Daily Briefing

Ten Things You Need to Know Today: 2 May 2022

The Week’s daily digest of the news agenda, published at 8am

1

Mariupol plant under fire

The Azovstal steel plant in the besieged city of Mariupol came under fire after about 100 civilians were evacuated on Sunday, according to a Ukrainian soldier. Although dozens of civilians have been evacuated from Mariupol to both Russia-controlled and Ukraine-controlled territory after weeks under siege, it is believed that hundreds of Ukrainian civilians — dozens of whom are injured — are still trapped in the ruins of the plant.

2

Cancer referrals up again

An unprecedented 2.7m people have been referred for cancer checks in the past year after numbers plummeted during the pandemic. Referrals for suspected cancer rose from 2.4m before the pandemic to 2.7m in the 12 months to February. At one point during the Covid crisis, urgent cancer referrals were 45% below pre-coronavirus levels. NHS England said there were also 2,000 more patients receiving treatment for the disease than at the start of the Covid outbreak in 2020.

3

Russian gas exports down

Mild weather conditions allowed countries to cut their reliance on Russian natural gas in April, with sales falling to the lowest in three months. The Telegraph noted that the Russian state-owned energy giant, Gazprom, exported an average of 387m cubic metres of gas a day over the month to countries outside the former Soviet Union, down 22% from March. The news comes days after Moscow threatened to cut off supplies to Poland and Bulgaria unless they complied with Vladimir Putin’s demand that payments be made in roubles.

4

Netflix cancels Meghan series

Netflix has cancelled development of an animated series created by Meghan Markle. The show, which was announced with some fanfare last year, is one of several projects being dropped by the streaming giant as part of cost-cutting measures after the company suffered a sharp fall in subscribers, wiping over $50bn off its market value. Markle’s series, Pearl, was to centre on the exploits of a 12-year-old girl, who was inspired by influential women from history.

5

Manila fire kills eight

Eight people have died after a fire tore through scores of homes near the Philippines capital Manila. The fire, which started on the second floor of a house in the campus of the University of the Philippines, in Quezon City, also destroyed 80 homes. Senior fire officer Greg Bichayda told AFP news agency that it took nearly two hours to extinguish the blaze. The BBC noted that the Philippines is one of the most densely-populated countries in the world.

6

Falklands conflict an ‘open wound’

The Falklands War is an “open wound” in Argentina, the country’s ambassador to the UK has said on the 40th anniversary of the war. Javier Figueroa compared the disagreement over the islands’ sovereignty to the relationship between North and South Korea. Speaking to the PA News agency, the ambassador explained that, despite the war ending four decades ago, in Argentina it remains a “deeply emotional issue”. Meanwhile, he added, most young people in the UK do not know “Britain has a beef with Argentina regarding the South Atlantic”.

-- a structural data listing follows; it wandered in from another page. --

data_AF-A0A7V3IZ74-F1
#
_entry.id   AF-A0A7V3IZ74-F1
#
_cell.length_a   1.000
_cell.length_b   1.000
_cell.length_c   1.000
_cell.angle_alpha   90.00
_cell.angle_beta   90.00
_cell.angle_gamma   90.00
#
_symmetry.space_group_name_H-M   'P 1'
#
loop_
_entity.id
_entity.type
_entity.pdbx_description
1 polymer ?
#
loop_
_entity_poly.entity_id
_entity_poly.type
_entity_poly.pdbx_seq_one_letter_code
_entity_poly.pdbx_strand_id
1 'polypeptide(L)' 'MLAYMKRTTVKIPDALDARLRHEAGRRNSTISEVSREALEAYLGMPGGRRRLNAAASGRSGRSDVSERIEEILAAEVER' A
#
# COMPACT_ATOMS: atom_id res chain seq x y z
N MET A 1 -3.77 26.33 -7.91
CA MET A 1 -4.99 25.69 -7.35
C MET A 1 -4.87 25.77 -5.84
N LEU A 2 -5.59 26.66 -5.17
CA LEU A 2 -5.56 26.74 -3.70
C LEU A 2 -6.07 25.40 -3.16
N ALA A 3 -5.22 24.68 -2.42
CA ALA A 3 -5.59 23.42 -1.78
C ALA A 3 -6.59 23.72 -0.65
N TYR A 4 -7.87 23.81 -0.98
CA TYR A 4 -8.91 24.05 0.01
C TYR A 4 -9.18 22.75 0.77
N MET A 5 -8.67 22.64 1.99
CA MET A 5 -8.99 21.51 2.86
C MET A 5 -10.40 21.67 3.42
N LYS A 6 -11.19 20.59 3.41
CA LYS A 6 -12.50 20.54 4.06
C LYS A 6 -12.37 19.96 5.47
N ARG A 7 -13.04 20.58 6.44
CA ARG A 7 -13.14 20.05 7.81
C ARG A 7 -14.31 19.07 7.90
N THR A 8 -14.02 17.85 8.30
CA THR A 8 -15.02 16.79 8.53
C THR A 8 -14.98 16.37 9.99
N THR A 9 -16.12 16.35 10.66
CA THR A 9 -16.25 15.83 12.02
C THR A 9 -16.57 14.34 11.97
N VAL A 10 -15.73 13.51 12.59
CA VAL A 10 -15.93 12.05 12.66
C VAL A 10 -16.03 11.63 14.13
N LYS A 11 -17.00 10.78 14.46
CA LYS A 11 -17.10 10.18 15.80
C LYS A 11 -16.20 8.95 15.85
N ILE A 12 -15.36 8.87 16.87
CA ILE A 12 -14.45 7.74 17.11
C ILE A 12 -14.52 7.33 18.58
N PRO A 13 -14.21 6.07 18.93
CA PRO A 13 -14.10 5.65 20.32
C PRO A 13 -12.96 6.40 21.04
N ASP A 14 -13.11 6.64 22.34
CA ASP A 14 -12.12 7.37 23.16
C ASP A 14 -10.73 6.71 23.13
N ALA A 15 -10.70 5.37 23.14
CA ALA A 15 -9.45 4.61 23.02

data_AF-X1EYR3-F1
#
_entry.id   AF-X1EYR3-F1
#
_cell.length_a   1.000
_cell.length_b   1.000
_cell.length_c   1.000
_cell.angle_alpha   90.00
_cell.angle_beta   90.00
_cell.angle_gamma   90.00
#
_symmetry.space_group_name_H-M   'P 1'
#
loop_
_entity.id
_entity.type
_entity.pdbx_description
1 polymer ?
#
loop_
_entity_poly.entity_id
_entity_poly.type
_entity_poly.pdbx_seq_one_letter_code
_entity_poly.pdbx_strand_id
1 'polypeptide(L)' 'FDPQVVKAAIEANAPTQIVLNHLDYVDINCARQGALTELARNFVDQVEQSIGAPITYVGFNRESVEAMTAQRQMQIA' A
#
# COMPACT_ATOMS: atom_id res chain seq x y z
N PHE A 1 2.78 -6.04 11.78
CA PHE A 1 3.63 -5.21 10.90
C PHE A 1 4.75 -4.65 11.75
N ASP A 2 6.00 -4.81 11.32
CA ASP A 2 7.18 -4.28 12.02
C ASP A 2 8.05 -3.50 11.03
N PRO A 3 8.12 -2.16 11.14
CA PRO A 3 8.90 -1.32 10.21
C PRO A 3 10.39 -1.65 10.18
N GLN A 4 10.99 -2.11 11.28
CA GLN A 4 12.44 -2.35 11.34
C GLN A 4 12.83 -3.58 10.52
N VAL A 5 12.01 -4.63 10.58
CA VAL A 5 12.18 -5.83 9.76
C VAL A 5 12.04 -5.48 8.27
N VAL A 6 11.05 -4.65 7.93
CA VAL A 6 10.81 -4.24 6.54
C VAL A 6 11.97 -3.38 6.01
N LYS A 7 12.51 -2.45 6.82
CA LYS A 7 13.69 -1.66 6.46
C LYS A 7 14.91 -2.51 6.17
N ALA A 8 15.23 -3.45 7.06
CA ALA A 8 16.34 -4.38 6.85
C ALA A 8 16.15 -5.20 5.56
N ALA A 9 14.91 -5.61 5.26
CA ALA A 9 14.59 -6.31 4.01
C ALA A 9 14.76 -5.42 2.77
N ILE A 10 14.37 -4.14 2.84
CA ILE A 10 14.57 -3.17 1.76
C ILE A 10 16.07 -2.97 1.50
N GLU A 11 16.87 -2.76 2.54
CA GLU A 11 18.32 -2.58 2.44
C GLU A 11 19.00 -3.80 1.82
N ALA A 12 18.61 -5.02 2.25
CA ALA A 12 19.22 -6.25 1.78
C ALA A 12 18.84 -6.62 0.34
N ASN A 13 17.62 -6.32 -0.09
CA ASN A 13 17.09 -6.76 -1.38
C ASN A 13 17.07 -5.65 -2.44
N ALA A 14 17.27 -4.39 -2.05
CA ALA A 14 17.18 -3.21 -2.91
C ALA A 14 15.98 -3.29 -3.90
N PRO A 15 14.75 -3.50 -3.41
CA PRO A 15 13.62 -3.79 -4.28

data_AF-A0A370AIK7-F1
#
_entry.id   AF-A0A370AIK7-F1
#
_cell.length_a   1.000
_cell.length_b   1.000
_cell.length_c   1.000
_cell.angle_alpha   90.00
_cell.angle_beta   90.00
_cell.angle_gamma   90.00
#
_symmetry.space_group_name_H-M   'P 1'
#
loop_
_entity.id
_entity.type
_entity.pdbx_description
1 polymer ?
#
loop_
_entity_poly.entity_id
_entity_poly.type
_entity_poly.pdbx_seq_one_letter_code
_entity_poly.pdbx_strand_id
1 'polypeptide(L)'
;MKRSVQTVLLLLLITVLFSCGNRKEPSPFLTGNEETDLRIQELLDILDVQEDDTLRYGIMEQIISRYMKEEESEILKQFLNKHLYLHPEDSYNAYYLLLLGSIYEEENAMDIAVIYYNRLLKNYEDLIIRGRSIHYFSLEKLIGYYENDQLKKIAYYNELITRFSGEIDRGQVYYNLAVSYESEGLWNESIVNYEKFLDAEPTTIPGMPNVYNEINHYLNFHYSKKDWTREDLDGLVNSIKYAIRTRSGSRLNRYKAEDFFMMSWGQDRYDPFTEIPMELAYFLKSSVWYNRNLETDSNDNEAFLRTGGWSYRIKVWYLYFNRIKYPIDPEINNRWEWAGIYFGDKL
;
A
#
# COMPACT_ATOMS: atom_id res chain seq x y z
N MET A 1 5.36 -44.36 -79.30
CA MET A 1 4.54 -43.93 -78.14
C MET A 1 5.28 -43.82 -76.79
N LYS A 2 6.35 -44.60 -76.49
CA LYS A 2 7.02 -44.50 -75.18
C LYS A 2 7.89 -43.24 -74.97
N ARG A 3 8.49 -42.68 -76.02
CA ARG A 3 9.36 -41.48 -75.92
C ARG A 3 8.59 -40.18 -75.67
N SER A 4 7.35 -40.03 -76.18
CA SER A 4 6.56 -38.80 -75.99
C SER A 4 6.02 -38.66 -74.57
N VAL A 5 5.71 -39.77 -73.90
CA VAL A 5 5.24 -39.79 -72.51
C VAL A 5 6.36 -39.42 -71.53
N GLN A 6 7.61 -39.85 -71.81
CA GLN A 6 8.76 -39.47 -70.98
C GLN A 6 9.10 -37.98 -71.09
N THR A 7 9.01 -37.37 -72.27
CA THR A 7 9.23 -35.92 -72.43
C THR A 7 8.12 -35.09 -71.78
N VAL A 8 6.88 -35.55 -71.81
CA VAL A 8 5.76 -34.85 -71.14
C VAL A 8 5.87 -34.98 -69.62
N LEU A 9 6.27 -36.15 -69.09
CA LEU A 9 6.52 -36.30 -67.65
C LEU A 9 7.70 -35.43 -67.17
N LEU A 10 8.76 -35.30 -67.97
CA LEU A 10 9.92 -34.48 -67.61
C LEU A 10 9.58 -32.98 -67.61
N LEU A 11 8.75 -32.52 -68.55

7

Trump backs ‘abuse’ candidate

Donald Trump has defended a gubernatorial candidate in Nebraska who is facing sexual misconduct allegations. The former president dismissed the allegations against Charles Herbster as “malicious”. He added: “He’s been badly maligned and it’s a shame. That’s why I came out here.” The Nebraska Examiner reported that seven women, including a senator, had accused Herbster of groping them at political events or beauty pageants, with another woman accusing him of kissing her forcibly.

8

PM may revive ‘right to buy’

Boris Johnson wants to give millions of people the right to buy the homes they rent from housing associations. The PM believes the plan would help “generation rent”. The Telegraph said the scheme would be a “new version” of the famous Margaret Thatcher-era arrangement that allowed families to buy properties from councils. Johnson believes the new version of “Right to Buy” would help poorer households in traditional Labour “Red Wall” seats in the Midlands and North East which he won in the 2019 election.

9

Pay cut for working from home

Employees at one of London’s oldest legal practices have been told they can work from home permanently — but at the price of a 20% pay cut. Junior lawyers at Stephenson Harwood have starting salaries of £90,000 — which means that any who took up the offer would lose about £18,000. Another City law firm, Hogan Lovells, has paid Paws in Work, an animal therapy provider, to bring in a litter of “adorable puppies” to offices in a bid to lure workers back

10

Kylie and Jason are coming back

Kylie Minogue and Jason Donovan will return to Neighbours for the programme’s finale. The Aussie soap, first broadcast in 1985, will cease production in June after being dropped by Channel 5. A message on the programme’s Twitter account, said: “Scott and Charlene are the ultimate Neighbours couple and it would not feel right to end the show without them.” An episode featuring Scott and Charlene’s wedding was watched by more than two million Australian viewers in 1987.

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